making local government more ethical

San Diego: More Tension Between EC and Council

The relationship between San Diego's council and ethics commission continues to prove unhealthy. It shows how wrong it is for elected officials to appoint and control the body that oversees their conduct.

According to an article in today's Union-Tribune, a long-term EC investigation has led to an accusation that a council member did not report campaign expenses until eight months after they were incurred. That should be the central story, but it's not.

The council member's attorney insists that the EC rejected his request to discuss a settlement because of what he said in council hearings on giving the EC more powers. According to another Union-Tribune article, what the attorney said is, “The commission staff at this time, as a group, is driven more by accumulating unfettered power, bullying witnesses and prevailing at all costs. They have conducted fishing expeditions long after they've determined no real violation has occurred.”

According to a Union-Tribune news blog in August, the council member, before recusing herself on a vote concerning the EC, said, "It's my hope the Ethics Commission will bring this fishing expedition to an end."

From this, it sounds as if the attorney was, indeed, speaking for his client. This same council member had tried to put one of her campaign workers on the EC, leading to even more acrimony.

In September, according to another Union-Tribune article, the council's rules committee voted down proposals to give the EC subpoena power and to make it illegal for people to knowingly lie or provide false documents to the EC. Three of the five committee members have been fined a total of $30,000 by the EC. It was at this hearing that the council member's attorney tried to make the EC look power hungry and irresponsible.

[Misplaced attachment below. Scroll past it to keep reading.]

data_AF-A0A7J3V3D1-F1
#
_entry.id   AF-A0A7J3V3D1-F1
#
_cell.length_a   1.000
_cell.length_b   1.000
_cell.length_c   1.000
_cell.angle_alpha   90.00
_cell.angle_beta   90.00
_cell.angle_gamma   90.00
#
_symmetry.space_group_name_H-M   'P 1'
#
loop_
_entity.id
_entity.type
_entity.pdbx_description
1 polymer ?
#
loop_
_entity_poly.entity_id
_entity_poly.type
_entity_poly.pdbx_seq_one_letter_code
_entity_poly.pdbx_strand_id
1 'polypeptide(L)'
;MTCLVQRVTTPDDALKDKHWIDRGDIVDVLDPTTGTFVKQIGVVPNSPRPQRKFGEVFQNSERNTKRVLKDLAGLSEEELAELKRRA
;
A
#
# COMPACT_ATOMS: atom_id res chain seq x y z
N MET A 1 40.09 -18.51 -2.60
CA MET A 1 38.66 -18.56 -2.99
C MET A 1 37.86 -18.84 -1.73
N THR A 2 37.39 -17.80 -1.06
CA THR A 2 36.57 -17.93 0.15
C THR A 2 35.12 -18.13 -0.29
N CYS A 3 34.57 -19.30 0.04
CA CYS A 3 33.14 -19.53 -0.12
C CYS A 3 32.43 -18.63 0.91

The EC's executive director said after this decision that the council committee “essentially decided today that it is acceptable in the city of San Diego for people to choose not to cooperate with an Ethics Commission investigation and also that it is acceptable that there are no consequences if people knowingly provide false evidence."

Subpoena power is important for any body charged with investigating possible wrongdoing. Without it, it is difficult to do an adequate job. An EC without subpoena power is often forced to dismiss cases, and it is far more difficult to enter into settlements, because respondents can rely on their colleagues and subordinates not to cooperate with an EC investigation, especially in an environment hostile to the EC.

The San Diego ethics program is much too politicized. One reason is that the EC was created by citizen initiative. The council has never really accepted it. I've written more about San Diego's problems in earlier blog posts:

The EC Appointment Process
The Tension Between Elected Officials and ECs
An Unappreciative Council

Robert Wechsler
Director of Research, City Ethics
[email protected]